UW finally hits big time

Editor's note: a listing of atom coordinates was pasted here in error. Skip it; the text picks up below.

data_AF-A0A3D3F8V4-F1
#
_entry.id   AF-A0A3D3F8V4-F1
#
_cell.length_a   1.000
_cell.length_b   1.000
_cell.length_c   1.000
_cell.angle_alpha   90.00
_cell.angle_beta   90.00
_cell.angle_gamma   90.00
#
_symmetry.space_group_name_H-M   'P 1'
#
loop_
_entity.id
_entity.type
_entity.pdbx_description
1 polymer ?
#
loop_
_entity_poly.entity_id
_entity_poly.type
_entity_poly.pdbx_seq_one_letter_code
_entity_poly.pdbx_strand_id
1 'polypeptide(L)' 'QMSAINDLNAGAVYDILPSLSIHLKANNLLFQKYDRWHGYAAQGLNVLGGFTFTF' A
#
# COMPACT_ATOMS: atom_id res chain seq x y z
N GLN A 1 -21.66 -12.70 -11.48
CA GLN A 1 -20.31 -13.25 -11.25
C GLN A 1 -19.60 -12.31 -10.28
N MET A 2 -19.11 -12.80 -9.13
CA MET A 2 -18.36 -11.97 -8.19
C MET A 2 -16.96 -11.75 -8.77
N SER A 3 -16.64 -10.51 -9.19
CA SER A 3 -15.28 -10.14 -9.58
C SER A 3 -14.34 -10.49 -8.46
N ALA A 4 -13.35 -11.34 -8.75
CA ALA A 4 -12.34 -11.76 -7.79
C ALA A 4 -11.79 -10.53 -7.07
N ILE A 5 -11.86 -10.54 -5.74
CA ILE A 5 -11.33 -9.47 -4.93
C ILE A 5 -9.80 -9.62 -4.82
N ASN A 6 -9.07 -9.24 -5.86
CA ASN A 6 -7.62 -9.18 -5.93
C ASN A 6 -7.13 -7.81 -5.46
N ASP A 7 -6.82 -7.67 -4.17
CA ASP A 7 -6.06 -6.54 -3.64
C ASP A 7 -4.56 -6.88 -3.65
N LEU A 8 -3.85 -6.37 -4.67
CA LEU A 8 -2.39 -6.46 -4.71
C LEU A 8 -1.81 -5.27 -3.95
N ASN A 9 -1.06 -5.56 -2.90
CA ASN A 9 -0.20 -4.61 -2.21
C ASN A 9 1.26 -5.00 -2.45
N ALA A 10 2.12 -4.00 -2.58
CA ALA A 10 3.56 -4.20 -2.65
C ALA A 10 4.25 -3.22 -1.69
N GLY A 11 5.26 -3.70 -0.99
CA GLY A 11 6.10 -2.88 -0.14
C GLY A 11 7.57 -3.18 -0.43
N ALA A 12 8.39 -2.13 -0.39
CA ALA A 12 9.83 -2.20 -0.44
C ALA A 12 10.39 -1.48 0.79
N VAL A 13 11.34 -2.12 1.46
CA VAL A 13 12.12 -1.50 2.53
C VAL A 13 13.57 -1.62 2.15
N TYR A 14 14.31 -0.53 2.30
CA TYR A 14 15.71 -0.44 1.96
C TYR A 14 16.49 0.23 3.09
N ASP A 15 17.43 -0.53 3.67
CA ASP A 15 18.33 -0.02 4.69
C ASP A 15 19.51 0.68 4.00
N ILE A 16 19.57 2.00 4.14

first_imgView Gallery (4 Photos)A lot can happen in a year.A Badger football team that was embarrassed in the Champs Sports Bowl can get redemption in the same game against a team everybody picked as the favorite. The Wisconsin men’s hockey team can go from missing the NCAA tournament by 0.0002 of an RPI point to being national runner-up. And in the case of the University of Wisconsin men’s club lacrosse team, you can go from playing scrubs in Platteville to playing Division I-caliber guys in Illinois.The theme in 2010 for the Badger lacrosse team: “Welcome to the big leagues.”Beginning with an application process last summer, UW made the jump to the Men’s Collegiate Lacrosse Association for this season. While there are numerous lacrosse leagues in the United States, the MCLA is the highest level of non-NCAA sanctioned competition, and it is home to big-name schools like reigning national champ Michigan, Brigham Young and Oregon, among others. Overall, 213 schools compete in the MCLA across 10 conferences.For UW, which has had a club lacrosse program since 1978, it was a move a lot of people had been waiting for.“There were actually stories done about us being the last major program to switch to the MCLA — the last big school,” UW senior captain Marcus Holzer said.Prior to this season, the Badgers competed in the Great Lakes Lacrosse League, which consists primarily of smaller schools in the UW system and other schools in the region. As a team, Wisconsin agreed it wanted to commit more time and effort to the program.“You can definitely tell that, moving from the GLLL to the MCLA, there are teams that are practicing every day, and they’re going out and working for two hours and a half, three hours every day,” Holzer said. “Where as in the GLLL, you can tell these kids are scrubs.”That time commitment is the biggest thing the lacrosse team asks of its players. While two of UW’s club teams still compete in the GLLL, the only requirement for the MCLA team is the time commitment. Many of the team’s seniors and top players were unwilling to devote that time, which led to a small divide in the team.“Going into the season, there were some questions… we lost a lot of our senior class who just didn’t want to do the extra stuff for one more year,” junior Matt Cutshall said.For the players who chose to commit though, it’s paid off. In their first year of MCLA competition, the Badgers are 8-3, with a 4-2 mark in Great Rivers Lacrosse Conference play. UW heads to O’Fallon, Ill. this weekend for the conference tournament and a chance to earn a berth in the national tournament in Denver.Holzer and Cutshall agreed a strong showing in the conference tournament would serve as “justification” to a season that almost never happened.Not an easy roadIn applying for admission to the MCLA, UW sent two representatives down to St. Charles, Mo. to give a presentation to the rest of the schools in the GRLC conference. As a student organization and club sport, the burden of working out schedules (50 potential schedules were drafted for the presentation), travel and other costs fell on the athletes themselves.“A lot of this is because we’re a club sport [and] a student org. The administration really wants us to be in control of what we do,” senior Dan Jonas said. “It’s a lot more hands on, a lot more involved for people involved with it.”The debate took place behind closed doors, although Cutshall and Jonas had an insider who informed them there was a negative attitude held by some schools about UW’s potential admission. Wisconsin just squeaked in by one vote.Close call or not, the players agree one of the biggest boons is on the recruiting side — not just for the lacrosse team, but for the school in general. Many smart kids who play lacrosse, which is much bigger on the east coast, who want to continue playing might now consider Wisconsin.“A lot of kids, because we didn’t have an MCLA team… I mean, half of the Minnesota team was kids from Madison who were lacrosse players,” Cutshall said. “And now, talking to their captain who was from Madison, he’s saying, ‘if this had been the case four years ago, there’s no question I would have come here instead of there.’”And while the Badgers’ becoming part of the MCLA is a big step toward national prominence, there’s still work to be done. Wisconsin’s lacrosse team doesn’t get a lot of the same support MCLA giants like Michigan get. Cutshall, whose sisters are students at UM, said the Wolverines’ squad gets close to $100,000 from the school.The Badgers get $2,000 a year from the school as a student org.On the other hand, fees to play club lacrosse at Michigan can get up to $7,000 a year, way more than required to play for Wisconsin. Still, Cutshall calls the lack of financial support an Achilles’ heel for UW.The biggest issue — more so than funding — is simply finding practice space. The lacrosse team was allowed to use the McClain field twice all winter and was forced to practice at the Middleton Sports and Fitness complex, at a rate of $150 an hour.“I mean, it’s hard to even find a place to practice sometimes,” freshman Nick Klevay said. “Especially in the winter, we’re paying a shitload of money to play in Middleton, which is a drive and a half, and at 11 at night we’re having practice.”“If we could get [the McClain] two or three times a week, it would be all the difference,” Cutshall said.UW head coach George Counes — an unpaid position — agrees the lack of practice space is a problem, given the weather in Madison. The failure of the NatUp movement, which would have provided a home field and practice area for the team, was an especially hard blow to deal with.“There just isn’t the facilities around to handle a spring sport with such a long winter,” Counes said. “It’s a very difficult thing to coach when you can’t get on a full field until you’re actually playing games.”A bright futureEven with a lack of facilities and funding, the Badgers have a lot of factors in their favor, including youth. Being an MCLA program helps recruiting, which combined with UW’s academic reputation can help get guys like sophomore captain Zach Nichols, a former Division I player, who came here more for his education than lacrosse — the move to MCLA was a bonus. The Badgers are just as focused on academics, with a couple engineering majors and guys like Holzer, who will graduate from the business school in May.Cutshall emphasized the support for the program has been picking up, from the Club Sports department to the administration. A chat with Chancellor Biddy Martin at the Champs Sports Bowl indicated to him the chancellor wants to see the program succeed.“I thought that was a really positive sign, to talk to her and be able to see… that we do have support from the top,” he said.Counes described the move to MCLA as similar to the ups and downs any first-year program has. Despite being in existence for over 30 years, the lacrosse team is still in the infancy of its next big step. Counes — currently the only coach — plans to build a staff for the fall, another step toward building a strong program.“It’s just getting big right now, so it can only go up, I feel,” Klevay said. “That’s why I really look up to our seniors. They put in so much work this year, when they’re leaving next year.”Holzer, who only got one year competing in the MCLA, is just glad to be playing meaningful games. He acknowledged the enthusiasm from the younger players to make the switch was a big part of the decision to go through with it. In addition to making the squad a more tight-knit group — more road trips and practices will do that to a team — his hopes for the future of the Badgers are simple.“Just to be known as a program that’s legitimate, and (a team other) teams don’t want to play because they’re scared of us,” Holzer said. “That’s what I’d love to see the program go to.”last_img